The Chicago Cubs are reportedly in the market for relief help, and at least one analyst thinks that means they could be setting up a reunion with an old friend. The Cincinnati Reds recently released Pedro Strop, and Brett Taylor of Bleacher Nation wrote on Thursday that he thinks the former closer's return to the Windy City is more than just a journey down memory lane. The analyst believes Strop might be on the cusp of signing a new contract with his old team.
On the Bleacher Nation Twitter account, the analyst showed that Strop was posting images to his Instagram account that looked quite familiar. Eventually, the reliever did post pictures that made it clear he had arrived in Chicago.
Taylor was quick to point out that Strop's arrival didn't mean anything concrete. He was designated for assignment just days ago and might have decided he wanted to go on a road trip.
Considering Strop spent the last seven seasons of his Major League career with the Cubs before this summer, it's also possible he still has some ties to the city. The writer said it's possible that he was just visiting some friends.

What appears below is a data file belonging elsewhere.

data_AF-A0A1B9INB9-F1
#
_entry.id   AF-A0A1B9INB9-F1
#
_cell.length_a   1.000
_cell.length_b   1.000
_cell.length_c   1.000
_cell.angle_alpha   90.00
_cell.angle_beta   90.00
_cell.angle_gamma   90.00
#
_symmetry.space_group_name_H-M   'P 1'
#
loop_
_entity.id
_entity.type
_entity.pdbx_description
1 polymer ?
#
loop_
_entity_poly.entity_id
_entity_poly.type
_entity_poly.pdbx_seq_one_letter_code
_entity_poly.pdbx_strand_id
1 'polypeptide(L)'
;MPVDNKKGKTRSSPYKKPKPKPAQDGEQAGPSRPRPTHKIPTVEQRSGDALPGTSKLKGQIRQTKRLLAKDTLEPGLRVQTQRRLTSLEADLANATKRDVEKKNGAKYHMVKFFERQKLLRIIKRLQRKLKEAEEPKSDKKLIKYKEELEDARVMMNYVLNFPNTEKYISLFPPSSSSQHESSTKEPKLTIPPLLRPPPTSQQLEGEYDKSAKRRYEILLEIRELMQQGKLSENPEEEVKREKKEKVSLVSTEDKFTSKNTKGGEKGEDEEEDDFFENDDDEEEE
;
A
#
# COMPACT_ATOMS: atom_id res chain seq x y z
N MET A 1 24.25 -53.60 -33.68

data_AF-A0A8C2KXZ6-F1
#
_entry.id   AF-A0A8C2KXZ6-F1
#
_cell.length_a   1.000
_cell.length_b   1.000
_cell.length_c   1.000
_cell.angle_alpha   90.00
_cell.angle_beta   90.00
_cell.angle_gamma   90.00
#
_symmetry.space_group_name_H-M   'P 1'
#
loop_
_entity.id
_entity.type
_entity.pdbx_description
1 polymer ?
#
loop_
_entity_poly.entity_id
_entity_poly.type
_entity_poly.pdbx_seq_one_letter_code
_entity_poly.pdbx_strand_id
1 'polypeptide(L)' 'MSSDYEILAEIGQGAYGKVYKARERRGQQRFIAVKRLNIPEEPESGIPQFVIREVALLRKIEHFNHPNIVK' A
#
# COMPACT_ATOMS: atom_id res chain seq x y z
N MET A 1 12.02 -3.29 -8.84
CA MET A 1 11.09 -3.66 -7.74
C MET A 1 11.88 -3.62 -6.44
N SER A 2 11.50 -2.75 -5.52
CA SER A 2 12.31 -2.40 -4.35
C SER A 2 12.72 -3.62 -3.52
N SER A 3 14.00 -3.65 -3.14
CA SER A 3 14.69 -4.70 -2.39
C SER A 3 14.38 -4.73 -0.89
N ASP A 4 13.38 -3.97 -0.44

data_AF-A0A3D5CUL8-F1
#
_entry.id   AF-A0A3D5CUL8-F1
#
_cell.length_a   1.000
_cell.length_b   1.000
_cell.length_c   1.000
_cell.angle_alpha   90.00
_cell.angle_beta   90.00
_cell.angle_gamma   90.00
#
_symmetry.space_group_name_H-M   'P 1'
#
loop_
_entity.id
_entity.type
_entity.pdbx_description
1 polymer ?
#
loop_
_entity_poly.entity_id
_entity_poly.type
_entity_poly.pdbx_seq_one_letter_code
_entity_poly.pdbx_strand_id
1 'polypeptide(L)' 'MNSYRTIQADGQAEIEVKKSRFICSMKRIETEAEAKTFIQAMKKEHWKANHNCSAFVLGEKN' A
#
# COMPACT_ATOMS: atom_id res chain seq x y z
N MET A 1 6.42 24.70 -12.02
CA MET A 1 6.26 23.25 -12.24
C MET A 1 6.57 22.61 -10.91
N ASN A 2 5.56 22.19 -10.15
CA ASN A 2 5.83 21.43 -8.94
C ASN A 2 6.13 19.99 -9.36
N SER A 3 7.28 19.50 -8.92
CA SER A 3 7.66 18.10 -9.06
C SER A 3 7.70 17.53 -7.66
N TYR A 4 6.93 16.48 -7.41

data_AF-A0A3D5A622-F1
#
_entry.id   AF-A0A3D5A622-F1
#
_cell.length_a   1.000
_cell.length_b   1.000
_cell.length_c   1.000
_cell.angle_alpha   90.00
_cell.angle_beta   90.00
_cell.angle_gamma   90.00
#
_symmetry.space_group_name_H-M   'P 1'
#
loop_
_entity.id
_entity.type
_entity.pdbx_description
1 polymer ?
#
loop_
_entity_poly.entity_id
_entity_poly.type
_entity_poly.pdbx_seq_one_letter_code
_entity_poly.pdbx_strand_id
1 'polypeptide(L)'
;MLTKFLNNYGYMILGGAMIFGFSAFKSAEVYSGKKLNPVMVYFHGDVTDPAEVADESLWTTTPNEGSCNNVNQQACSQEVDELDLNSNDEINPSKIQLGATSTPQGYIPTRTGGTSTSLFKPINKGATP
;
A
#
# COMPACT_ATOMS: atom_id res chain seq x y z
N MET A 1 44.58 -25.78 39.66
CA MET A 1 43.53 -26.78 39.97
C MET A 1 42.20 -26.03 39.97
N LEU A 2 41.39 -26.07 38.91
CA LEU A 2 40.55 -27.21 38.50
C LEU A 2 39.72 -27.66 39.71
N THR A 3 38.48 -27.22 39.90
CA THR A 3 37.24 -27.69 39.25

But Taylor doesn't believe the trip is just a coincidence.He also doesn't think that if Strop is getting a new contract, it doesn't' necessarily mean an extended stay in the "friendly confines" of Wrigley Field. He may be just stopping into town to sign the deal and take a physical.
Strop suffered a groin injury earlier this summer, so he would have to show he's 100 percent recovered to any team interested in signing him.
It was posited that he might work out for the coaching staff to show he still has what it takes to make a major league roster. He could then be shipped off to South Bend, to the club's "minor league" site to get some work in. He could then show that he belongs back in the big leagues and, as the writer said, potentially help out a bullpen that has struggled so far in 2020.
The writer admitted that there isn't any guarantee Strop can be an actual net positive for the Cubs at this point in his career. The front office allowed him to depart as a free agent and sign with the Reds over the offseason after a shaky 2019.
While he did have 10 saves last season, he posted a 4.97 ERA; his worst earned run average since 2013.